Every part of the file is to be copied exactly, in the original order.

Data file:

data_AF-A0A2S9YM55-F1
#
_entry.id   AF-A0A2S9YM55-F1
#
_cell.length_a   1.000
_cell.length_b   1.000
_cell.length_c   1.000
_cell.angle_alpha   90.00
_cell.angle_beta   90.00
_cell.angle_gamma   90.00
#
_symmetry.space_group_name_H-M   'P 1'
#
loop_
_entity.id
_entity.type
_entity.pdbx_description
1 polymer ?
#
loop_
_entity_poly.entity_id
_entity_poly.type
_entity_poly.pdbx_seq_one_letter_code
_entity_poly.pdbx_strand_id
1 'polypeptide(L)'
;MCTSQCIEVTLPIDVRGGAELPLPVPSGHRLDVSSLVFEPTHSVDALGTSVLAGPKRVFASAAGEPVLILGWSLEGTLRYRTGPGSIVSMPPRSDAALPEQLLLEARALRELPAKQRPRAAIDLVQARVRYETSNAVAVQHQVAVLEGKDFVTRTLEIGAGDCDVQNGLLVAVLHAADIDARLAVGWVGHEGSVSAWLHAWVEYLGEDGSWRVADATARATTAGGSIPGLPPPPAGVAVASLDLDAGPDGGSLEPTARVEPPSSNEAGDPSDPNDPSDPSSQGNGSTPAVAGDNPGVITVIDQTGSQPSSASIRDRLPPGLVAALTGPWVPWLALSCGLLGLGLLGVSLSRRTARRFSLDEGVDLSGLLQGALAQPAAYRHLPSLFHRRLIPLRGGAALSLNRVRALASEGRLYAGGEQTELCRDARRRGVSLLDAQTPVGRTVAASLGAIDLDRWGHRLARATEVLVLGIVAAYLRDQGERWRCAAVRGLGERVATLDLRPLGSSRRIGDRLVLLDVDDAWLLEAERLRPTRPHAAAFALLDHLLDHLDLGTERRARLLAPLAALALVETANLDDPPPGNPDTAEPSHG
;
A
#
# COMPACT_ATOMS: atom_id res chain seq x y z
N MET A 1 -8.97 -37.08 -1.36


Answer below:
data_AF-A0A2S9YM55-F1
#
_entry.id   AF-A0A2S9YM55-F1
#
_cell.length_a   1.000
_cell.length_b   1.000
_cell.length_c   1.000
_cell.angle_alpha   90.00
_cell.angle_beta   90.00
_cell.angle_gamma   90.00
#
_symmetry.space_group_name_H-M   'P 1'
#
loop_
_entity.id
_entity.type
_entity.pdbx_description
1 polymer ?
#
loop_
_entity_poly.entity_id
_entity_poly.type
_entity_poly.pdbx_seq_one_letter_code
_entity_poly.pdbx_strand_id
1 'polypeptide(L)'
;MCTSQCIEVTLPIDVRGGAELPLPVPSGHRLDVSSLVFEPTHSVDALGTSVLAGPKRVFASAAGEPVLILGWSLEGTLRYRTGPGSIVSMPPRSDAALPEQLLLEARALRELPAKQRPRAAIDLVQARVRYETSNAVAVQHQVAVLEGKDFVTRTLEIGAGDCDVQNGLLVAVLHAADIDARLAVGWVGHEGSVSAWLHAWVEYLGEDGSWRVADATARATTAGGSIPGLPPPPAGVAVASLDLDAGPDGGSLEPTARVEPPSSNEAGDPSDPNDPSDPSSQGNGSTPAVAGDNPGVITVIDQTGSQPSSASIRDRLPPGLVAALTGPWVPWLALSCGLLGLGLLGVSLSRRTARRFSLDEGVDLSGLLQGALAQPAAYRHLPSLFHRRLIPLRGGAALSLNRVRALASEGRLYAGGEQTELCRDARRRGVSLLDAQTPVGRTVAASLGAIDLDRWGHRLARATEVLVLGIVAAYLRDQGERWRCAAVRGLGERVATLDLRPLGSSRRIGDRLVLLDVDDAWLLEAERLRPTRPHAAAFALLDHLLDHLDLGTERRARLLAPLAALALVETANLDDPPPGNPDTAEPSHG
;
A
#
# COMPACT_ATOMS: atom_id res chain seq x y z
N MET A 1 -8.97 -37.08 -1.36